Martin, Jacques De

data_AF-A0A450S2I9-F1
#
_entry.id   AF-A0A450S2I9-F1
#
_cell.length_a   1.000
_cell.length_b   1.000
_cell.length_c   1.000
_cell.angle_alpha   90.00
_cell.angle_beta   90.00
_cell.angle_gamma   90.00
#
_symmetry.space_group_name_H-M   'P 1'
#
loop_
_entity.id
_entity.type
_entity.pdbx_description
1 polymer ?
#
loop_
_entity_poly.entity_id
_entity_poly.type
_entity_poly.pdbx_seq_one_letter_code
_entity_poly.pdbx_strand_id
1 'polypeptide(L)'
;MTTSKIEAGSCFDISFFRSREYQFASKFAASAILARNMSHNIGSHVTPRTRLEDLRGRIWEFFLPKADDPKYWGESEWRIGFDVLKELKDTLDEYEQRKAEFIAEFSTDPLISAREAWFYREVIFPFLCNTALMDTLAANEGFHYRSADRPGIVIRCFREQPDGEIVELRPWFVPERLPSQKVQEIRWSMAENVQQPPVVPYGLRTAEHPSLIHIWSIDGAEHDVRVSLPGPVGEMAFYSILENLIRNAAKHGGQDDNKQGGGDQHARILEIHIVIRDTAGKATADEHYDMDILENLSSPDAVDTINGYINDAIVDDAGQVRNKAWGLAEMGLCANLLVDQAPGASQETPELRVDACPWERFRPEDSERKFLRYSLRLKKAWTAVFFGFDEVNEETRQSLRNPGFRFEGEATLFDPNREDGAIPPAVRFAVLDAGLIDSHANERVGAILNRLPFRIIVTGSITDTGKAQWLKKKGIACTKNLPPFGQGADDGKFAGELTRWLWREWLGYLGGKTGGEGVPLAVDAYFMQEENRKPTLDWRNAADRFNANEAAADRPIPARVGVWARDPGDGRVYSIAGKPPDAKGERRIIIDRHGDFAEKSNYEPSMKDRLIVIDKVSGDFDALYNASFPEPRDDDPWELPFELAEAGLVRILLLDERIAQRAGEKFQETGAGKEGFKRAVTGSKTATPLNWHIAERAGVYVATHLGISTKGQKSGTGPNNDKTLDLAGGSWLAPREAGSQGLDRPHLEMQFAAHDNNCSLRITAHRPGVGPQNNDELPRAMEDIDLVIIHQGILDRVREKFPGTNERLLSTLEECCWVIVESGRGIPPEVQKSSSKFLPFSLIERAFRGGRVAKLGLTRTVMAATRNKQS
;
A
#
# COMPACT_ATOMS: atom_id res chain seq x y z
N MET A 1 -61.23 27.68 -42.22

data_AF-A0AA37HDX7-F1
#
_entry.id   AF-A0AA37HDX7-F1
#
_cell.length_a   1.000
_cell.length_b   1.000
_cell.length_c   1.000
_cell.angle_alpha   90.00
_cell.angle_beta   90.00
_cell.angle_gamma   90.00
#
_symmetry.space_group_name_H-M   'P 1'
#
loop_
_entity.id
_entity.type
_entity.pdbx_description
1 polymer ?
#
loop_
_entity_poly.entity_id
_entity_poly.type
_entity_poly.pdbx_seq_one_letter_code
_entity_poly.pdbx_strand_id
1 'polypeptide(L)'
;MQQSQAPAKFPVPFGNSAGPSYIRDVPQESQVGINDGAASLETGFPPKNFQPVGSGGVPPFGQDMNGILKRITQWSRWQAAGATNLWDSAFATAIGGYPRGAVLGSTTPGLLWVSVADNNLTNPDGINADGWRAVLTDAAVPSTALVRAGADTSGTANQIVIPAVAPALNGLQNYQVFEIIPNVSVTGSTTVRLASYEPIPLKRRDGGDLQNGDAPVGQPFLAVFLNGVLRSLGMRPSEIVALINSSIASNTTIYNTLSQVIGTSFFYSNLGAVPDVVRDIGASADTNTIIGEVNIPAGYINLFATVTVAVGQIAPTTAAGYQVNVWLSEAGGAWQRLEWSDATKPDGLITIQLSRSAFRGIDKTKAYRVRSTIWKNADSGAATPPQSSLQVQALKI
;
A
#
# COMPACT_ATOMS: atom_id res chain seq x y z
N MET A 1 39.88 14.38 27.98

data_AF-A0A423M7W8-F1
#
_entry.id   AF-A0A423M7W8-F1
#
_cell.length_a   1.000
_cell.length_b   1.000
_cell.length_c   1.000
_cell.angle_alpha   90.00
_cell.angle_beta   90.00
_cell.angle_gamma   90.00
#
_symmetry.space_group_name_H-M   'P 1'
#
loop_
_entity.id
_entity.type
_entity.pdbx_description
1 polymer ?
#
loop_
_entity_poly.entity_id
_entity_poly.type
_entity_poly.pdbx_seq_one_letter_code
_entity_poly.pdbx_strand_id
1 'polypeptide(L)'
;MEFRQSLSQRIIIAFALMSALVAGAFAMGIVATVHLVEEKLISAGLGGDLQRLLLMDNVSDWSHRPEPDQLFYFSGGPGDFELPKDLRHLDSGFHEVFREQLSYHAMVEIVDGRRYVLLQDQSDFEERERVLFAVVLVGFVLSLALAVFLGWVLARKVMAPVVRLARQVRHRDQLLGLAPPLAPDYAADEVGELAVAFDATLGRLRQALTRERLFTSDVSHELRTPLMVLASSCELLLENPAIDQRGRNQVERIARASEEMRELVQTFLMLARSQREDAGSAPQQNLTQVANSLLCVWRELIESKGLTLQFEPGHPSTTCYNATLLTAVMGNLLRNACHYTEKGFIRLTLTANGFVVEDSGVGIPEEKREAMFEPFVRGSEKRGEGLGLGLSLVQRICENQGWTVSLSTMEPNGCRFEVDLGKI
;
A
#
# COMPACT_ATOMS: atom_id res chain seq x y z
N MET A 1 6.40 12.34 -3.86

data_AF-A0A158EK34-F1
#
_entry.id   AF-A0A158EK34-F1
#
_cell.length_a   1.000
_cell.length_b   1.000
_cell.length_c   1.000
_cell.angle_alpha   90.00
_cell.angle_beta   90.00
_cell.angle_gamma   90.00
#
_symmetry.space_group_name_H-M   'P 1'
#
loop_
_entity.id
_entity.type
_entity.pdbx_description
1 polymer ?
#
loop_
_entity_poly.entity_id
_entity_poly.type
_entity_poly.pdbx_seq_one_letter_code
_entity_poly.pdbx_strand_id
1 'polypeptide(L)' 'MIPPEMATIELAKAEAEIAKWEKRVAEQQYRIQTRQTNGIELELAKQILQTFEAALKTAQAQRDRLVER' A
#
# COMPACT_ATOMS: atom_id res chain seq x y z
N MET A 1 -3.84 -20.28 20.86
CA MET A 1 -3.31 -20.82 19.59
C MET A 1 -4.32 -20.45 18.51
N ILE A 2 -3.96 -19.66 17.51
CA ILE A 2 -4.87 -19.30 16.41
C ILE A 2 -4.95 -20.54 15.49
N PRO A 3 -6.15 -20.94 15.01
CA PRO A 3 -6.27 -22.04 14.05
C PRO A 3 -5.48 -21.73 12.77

Martin, Jacques de a French ecclesiastic, noted as a writer on philosophical subjects, was born in the diocese of Mirepoix, May 11, 1684; was educated at 'Toulouse; entered the order of the Congregation of St. Maur in 1709; taught the humanities at Sorize; went to Paris in 1727, and died there Sept. 5, 1751. He was a multifarious writer, and possessed an unusual acquaintance with the most diversified subjects of learning. But he was censured for the immodesty of his illustrations. His most important work is La Religion des Gaulois (Paris, 1727, 2 vols. 4to), in which he attempts to prove that the religion of the Gauls was derived from that of the patriarchs; and that, consequently, an illustration of their religious ceremonies must tend to throw light on many dark passages in the Scriptures. He wrote also Explicastions de plusieults textes dtficiles de l'Ecriture Sainte: — Ie l'origine de l'amine, selon le sentimenzt de Saint Augusstin (1736, 12mo). See Hoefer, Nouv. Biog. Generale, 34:37.